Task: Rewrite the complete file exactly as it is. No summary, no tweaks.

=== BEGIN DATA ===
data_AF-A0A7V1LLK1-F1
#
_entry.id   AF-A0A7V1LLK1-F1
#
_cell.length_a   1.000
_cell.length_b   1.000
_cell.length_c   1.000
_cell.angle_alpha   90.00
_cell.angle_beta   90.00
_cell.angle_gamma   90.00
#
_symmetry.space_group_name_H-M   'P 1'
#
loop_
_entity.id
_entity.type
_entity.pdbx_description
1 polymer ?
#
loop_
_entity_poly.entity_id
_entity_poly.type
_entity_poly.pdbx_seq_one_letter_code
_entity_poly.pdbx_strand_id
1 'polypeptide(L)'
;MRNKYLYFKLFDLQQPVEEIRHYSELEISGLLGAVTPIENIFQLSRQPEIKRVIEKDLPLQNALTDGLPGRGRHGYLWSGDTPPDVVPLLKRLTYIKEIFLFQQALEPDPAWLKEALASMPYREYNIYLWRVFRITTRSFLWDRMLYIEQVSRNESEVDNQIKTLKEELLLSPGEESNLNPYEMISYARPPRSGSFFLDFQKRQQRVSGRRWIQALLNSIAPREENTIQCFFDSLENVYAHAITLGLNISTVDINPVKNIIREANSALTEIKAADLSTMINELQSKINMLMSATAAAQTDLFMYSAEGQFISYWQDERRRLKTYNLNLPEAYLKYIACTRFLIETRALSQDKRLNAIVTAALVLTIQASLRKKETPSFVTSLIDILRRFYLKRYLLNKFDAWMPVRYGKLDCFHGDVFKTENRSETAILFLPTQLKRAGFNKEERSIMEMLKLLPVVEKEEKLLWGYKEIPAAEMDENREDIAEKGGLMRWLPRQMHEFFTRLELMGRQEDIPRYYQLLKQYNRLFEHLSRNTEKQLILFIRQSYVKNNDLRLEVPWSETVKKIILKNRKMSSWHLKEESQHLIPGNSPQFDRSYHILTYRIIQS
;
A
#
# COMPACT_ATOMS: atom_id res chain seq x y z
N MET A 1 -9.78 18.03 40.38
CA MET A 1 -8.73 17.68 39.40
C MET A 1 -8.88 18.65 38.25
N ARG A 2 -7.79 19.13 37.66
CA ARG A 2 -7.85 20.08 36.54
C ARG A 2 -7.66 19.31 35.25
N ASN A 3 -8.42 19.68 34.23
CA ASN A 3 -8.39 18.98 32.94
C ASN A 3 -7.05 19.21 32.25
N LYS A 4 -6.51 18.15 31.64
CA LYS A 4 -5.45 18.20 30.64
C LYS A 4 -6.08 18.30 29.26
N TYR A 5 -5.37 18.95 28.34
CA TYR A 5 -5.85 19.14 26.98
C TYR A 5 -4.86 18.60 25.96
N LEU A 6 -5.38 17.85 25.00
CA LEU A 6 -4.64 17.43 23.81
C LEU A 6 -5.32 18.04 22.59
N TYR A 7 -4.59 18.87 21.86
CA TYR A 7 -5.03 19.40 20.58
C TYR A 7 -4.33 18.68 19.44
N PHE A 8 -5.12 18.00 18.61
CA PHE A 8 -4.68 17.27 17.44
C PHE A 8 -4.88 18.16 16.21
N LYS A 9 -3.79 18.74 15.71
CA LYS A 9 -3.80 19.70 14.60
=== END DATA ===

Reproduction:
data_AF-A0A7V1LLK1-F1
#
_entry.id   AF-A0A7V1LLK1-F1
#
_cell.length_a   1.000
_cell.length_b   1.000
_cell.length_c   1.000
_cell.angle_alpha   90.00
_cell.angle_beta   90.00
_cell.angle_gamma   90.00
#
_symmetry.space_group_name_H-M   'P 1'
#
loop_
_entity.id
_entity.type
_entity.pdbx_description
1 polymer ?
#
loop_
_entity_poly.entity_id
_entity_poly.type
_entity_poly.pdbx_seq_one_letter_code
_entity_poly.pdbx_strand_id
1 'polypeptide(L)'
;MRNKYLYFKLFDLQQPVEEIRHYSELEISGLLGAVTPIENIFQLSRQPEIKRVIEKDLPLQNALTDGLPGRGRHGYLWSGDTPPDVVPLLKRLTYIKEIFLFQQALEPDPAWLKEALASMPYREYNIYLWRVFRITTRSFLWDRMLYIEQVSRNESEVDNQIKTLKEELLLSPGEESNLNPYEMISYARPPRSGSFFLDFQKRQQRVSGRRWIQALLNSIAPREENTIQCFFDSLENVYAHAITLGLNISTVDINPVKNIIREANSALTEIKAADLSTMINELQSKINMLMSATAAAQTDLFMYSAEGQFISYWQDERRRLKTYNLNLPEAYLKYIACTRFLIETRALSQDKRLNAIVTAALVLTIQASLRKKETPSFVTSLIDILRRFYLKRYLLNKFDAWMPVRYGKLDCFHGDVFKTENRSETAILFLPTQLKRAGFNKEERSIMEMLKLLPVVEKEEKLLWGYKEIPAAEMDENREDIAEKGGLMRWLPRQMHEFFTRLELMGRQEDIPRYYQLLKQYNRLFEHLSRNTEKQLILFIRQSYVKNNDLRLEVPWSETVKKIILKNRKMSSWHLKEESQHLIPGNSPQFDRSYHILTYRIIQS
;
A
#
# COMPACT_ATOMS: atom_id res chain seq x y z
N MET A 1 -9.78 18.03 40.38
CA MET A 1 -8.73 17.68 39.40
C MET A 1 -8.88 18.65 38.25
N ARG A 2 -7.79 19.13 37.66
CA ARG A 2 -7.85 20.08 36.54
C ARG A 2 -7.66 19.31 35.25
N ASN A 3 -8.42 19.68 34.23
CA ASN A 3 -8.39 18.98 32.94
C ASN A 3 -7.05 19.21 32.25
N LYS A 4 -6.51 18.15 31.64
CA LYS A 4 -5.45 18.20 30.64
C LYS A 4 -6.08 18.30 29.26
N TYR A 5 -5.37 18.95 28.34
CA TYR A 5 -5.85 19.14 26.98
C TYR A 5 -4.86 18.60 25.96
N LEU A 6 -5.38 17.85 25.00
CA LEU A 6 -4.64 17.43 23.81
C LEU A 6 -5.32 18.04 22.59
N TYR A 7 -4.59 18.87 21.86
CA TYR A 7 -5.03 19.40 20.58
C TYR A 7 -4.33 18.68 19.44
N PHE A 8 -5.12 18.00 18.61
CA PHE A 8 -4.68 17.27 17.44
C PHE A 8 -4.88 18.16 16.21
N LYS A 9 -3.79 18.74 15.71
CA LYS A 9 -3.80 19.70 14.60